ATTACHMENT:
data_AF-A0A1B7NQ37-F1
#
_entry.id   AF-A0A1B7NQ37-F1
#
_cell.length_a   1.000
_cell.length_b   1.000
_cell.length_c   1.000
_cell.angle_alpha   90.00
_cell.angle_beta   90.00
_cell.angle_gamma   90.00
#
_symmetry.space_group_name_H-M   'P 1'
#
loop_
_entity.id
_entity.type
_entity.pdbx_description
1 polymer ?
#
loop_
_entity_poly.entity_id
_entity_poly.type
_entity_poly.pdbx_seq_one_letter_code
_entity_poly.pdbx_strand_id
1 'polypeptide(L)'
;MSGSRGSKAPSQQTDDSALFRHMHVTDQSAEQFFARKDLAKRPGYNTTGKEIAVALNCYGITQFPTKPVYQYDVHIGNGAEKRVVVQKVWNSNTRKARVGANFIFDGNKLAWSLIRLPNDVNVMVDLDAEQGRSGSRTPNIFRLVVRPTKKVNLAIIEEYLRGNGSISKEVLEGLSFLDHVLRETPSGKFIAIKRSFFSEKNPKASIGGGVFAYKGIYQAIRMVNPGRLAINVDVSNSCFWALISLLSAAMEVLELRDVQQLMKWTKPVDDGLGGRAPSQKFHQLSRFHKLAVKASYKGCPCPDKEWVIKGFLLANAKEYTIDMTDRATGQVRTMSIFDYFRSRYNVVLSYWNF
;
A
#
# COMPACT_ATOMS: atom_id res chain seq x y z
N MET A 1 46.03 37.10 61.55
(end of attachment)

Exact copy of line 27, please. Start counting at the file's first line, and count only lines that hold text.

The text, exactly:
;